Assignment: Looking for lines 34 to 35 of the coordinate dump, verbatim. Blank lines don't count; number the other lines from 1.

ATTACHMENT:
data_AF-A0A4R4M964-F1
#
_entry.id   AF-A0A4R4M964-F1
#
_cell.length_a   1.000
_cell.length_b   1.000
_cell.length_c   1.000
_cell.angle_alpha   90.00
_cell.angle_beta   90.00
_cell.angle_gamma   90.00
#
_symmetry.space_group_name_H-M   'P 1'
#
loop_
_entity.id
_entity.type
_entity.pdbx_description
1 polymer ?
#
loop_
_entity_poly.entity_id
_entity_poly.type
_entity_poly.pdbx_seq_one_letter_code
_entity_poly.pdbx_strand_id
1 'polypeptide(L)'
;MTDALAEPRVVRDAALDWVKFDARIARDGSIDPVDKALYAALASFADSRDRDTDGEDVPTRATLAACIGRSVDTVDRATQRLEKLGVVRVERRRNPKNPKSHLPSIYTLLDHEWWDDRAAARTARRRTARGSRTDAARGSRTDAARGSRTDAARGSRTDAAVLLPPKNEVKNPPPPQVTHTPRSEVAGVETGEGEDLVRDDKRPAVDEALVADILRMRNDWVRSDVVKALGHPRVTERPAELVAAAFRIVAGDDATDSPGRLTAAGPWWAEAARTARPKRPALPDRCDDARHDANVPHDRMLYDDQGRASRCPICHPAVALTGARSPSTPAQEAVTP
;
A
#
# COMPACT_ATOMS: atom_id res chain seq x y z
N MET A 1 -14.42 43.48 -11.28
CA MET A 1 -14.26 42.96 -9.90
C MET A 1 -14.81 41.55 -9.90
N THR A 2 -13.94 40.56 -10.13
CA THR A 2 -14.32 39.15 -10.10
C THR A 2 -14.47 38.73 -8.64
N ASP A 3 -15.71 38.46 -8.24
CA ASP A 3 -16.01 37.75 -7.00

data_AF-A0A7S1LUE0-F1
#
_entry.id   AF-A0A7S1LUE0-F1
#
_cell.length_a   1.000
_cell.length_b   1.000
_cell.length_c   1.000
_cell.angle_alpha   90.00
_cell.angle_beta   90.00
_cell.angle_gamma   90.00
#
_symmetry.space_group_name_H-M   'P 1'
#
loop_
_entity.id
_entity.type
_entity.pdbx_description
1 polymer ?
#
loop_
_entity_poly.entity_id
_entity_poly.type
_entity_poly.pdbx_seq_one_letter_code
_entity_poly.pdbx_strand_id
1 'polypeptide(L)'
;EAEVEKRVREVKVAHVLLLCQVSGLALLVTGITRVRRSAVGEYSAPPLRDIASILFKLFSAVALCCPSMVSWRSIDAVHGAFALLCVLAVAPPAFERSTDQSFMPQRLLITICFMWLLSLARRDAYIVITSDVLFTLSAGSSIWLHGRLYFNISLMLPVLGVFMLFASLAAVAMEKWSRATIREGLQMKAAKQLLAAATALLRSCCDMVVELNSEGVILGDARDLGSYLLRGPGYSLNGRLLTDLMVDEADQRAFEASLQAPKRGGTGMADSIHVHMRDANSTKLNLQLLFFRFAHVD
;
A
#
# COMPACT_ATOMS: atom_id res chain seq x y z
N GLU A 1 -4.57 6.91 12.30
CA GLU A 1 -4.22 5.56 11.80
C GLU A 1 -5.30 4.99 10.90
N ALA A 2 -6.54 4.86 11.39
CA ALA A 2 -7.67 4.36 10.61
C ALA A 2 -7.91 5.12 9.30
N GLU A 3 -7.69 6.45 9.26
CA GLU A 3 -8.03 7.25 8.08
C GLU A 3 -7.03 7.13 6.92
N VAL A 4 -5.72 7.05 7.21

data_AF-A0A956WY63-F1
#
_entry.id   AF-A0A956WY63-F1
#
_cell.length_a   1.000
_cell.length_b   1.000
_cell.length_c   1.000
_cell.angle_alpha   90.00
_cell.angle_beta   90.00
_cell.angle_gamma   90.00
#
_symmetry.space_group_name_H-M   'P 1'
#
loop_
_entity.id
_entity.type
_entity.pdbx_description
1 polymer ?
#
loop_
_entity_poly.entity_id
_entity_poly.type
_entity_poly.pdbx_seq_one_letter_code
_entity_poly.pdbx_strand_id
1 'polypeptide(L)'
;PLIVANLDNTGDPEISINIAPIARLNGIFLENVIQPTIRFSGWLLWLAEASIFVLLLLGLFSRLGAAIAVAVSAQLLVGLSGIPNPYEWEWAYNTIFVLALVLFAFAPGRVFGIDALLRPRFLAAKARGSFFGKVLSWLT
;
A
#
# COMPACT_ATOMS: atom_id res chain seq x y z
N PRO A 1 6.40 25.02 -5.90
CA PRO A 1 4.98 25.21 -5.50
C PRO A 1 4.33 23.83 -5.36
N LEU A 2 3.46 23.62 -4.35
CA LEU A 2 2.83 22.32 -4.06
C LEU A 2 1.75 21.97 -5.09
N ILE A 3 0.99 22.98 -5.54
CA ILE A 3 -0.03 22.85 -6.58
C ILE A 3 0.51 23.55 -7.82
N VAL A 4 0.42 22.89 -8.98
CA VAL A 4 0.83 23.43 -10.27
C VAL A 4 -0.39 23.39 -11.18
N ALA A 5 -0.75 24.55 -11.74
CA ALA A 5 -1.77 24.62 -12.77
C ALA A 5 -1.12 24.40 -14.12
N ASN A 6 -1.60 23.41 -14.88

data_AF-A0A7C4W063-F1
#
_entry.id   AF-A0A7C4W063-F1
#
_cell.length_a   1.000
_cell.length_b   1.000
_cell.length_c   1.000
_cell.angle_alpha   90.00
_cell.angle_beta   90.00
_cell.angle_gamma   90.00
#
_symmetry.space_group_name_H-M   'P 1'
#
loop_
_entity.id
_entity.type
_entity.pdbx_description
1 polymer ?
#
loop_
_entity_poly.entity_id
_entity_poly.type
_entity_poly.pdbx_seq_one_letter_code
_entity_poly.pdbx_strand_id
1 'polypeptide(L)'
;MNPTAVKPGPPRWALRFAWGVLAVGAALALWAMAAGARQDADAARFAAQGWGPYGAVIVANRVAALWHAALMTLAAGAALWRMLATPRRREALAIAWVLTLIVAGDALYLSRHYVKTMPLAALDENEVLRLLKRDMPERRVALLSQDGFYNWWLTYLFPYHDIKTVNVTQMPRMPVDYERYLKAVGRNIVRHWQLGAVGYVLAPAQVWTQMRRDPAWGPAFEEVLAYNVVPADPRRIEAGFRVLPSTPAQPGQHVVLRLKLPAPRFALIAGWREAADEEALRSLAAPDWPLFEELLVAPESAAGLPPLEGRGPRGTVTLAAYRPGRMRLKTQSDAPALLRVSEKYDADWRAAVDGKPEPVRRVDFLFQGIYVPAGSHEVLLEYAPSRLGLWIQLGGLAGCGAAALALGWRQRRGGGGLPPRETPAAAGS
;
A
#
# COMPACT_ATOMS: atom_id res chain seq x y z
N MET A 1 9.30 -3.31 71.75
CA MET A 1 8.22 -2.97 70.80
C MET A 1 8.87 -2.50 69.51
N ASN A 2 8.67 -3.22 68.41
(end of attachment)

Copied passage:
N THR A 2 -13.94 40.56 -10.13
CA THR A 2 -14.32 39.15 -10.10